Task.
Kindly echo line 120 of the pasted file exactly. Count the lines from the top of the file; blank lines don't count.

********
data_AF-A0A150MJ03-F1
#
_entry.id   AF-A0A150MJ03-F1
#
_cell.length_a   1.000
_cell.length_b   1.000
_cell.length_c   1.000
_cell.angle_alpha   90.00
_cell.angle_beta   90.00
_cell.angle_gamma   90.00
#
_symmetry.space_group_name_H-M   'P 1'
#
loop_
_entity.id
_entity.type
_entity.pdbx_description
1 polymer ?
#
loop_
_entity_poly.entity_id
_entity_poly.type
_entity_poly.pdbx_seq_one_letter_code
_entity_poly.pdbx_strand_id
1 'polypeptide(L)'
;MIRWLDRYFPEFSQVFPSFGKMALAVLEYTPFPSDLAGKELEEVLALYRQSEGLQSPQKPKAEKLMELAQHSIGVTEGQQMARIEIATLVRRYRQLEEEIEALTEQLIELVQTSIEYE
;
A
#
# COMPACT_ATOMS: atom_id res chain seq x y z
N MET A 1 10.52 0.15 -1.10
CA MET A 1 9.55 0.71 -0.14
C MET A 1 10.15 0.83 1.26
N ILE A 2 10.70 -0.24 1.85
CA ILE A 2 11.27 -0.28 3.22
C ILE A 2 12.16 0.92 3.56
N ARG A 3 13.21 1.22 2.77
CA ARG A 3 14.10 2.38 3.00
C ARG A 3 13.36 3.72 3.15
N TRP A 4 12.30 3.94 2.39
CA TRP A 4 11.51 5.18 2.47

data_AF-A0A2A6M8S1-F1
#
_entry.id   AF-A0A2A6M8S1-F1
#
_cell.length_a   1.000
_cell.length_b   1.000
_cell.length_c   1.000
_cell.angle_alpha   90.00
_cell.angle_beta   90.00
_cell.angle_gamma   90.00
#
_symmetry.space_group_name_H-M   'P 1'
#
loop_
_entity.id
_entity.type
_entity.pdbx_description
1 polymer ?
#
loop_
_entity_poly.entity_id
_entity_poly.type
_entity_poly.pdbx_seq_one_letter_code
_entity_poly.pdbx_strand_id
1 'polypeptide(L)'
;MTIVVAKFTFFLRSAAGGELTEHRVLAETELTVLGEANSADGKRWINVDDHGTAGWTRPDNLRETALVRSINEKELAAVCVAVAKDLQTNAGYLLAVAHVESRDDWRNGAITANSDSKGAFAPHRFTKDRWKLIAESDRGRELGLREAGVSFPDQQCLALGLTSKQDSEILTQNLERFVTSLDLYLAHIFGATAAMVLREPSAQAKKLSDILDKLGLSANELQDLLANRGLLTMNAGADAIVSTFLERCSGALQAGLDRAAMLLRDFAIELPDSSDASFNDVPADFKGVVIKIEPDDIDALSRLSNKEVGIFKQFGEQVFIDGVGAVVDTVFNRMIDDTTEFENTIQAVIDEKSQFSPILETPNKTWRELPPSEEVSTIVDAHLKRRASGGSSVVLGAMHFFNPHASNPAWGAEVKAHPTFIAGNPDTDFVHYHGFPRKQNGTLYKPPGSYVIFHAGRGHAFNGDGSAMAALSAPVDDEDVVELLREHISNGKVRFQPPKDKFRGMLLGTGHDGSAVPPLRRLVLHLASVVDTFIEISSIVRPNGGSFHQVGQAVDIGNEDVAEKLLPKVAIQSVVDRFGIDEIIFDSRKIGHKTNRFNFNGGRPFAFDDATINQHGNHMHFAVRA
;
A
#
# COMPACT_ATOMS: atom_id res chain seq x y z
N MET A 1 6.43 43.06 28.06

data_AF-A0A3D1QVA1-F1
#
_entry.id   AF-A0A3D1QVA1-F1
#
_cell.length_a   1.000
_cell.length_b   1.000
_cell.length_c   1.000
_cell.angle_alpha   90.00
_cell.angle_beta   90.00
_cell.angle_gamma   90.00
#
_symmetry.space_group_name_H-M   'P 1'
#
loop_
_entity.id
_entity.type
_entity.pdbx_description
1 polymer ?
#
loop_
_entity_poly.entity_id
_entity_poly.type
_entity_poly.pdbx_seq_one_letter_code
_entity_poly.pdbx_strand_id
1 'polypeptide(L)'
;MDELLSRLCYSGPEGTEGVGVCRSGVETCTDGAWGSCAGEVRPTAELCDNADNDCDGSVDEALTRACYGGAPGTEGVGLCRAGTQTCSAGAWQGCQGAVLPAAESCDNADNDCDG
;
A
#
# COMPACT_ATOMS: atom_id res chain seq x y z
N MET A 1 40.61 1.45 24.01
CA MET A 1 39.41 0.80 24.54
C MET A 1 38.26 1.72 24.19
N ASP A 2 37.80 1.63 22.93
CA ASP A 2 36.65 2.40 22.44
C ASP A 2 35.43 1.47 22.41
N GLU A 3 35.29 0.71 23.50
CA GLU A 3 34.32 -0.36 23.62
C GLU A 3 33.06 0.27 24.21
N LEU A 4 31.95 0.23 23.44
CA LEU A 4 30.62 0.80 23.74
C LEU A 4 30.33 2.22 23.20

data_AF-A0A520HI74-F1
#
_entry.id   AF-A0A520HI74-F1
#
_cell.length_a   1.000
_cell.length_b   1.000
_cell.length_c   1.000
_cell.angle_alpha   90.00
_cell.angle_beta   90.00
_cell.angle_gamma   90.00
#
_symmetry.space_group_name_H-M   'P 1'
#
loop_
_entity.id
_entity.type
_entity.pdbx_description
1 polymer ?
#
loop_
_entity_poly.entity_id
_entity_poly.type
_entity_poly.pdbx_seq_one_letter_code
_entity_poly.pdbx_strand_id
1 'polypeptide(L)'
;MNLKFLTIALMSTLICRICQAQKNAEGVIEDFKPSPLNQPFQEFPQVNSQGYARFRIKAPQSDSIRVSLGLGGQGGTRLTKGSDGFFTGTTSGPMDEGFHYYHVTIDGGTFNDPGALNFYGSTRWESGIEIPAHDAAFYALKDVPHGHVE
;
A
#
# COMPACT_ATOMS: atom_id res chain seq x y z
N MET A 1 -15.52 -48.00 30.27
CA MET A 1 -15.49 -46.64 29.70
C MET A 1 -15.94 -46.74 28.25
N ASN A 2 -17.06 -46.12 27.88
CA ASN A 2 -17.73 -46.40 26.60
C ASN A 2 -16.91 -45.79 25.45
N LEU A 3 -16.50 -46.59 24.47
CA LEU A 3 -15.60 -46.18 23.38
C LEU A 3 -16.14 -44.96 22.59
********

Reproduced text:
_cell.length_b   1.000